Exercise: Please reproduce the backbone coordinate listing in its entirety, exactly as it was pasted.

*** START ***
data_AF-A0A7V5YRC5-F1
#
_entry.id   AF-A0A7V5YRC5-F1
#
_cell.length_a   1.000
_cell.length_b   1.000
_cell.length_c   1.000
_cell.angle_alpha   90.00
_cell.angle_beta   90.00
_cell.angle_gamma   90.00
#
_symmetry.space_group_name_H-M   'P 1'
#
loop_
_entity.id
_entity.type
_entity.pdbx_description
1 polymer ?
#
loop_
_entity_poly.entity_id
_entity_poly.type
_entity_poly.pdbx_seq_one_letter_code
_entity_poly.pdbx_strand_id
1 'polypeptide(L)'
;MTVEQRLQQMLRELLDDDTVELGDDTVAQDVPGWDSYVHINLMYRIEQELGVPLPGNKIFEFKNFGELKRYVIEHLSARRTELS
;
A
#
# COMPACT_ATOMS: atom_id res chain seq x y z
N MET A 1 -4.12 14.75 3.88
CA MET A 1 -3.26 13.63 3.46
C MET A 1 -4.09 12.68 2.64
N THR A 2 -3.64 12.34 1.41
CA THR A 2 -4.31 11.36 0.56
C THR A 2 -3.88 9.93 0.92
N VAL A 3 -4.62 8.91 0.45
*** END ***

data_AF-A0A7V5YRC5-F1
#
_entry.id   AF-A0A7V5YRC5-F1
#
_cell.length_a   1.000
_cell.length_b   1.000
_cell.length_c   1.000
_cell.angle_alpha   90.00
_cell.angle_beta   90.00
_cell.angle_gamma   90.00
#
_symmetry.space_group_name_H-M   'P 1'
#
loop_
_entity.id
_entity.type
_entity.pdbx_description
1 polymer ?
#
loop_
_entity_poly.entity_id
_entity_poly.type
_entity_poly.pdbx_seq_one_letter_code
_entity_poly.pdbx_strand_id
1 'polypeptide(L)'
;MTVEQRLQQMLRELLDDDTVELGDDTVAQDVPGWDSYVHINLMYRIEQELGVPLPGNKIFEFKNFGELKRYVIEHLSARRTELS
;
A
#
# COMPACT_ATOMS: atom_id res chain seq x y z
N MET A 1 -4.12 14.75 3.88
CA MET A 1 -3.26 13.63 3.46
C MET A 1 -4.09 12.68 2.64
N THR A 2 -3.64 12.34 1.41
CA THR A 2 -4.31 11.36 0.56
C THR A 2 -3.88 9.93 0.92
N VAL A 3 -4.62 8.91 0.45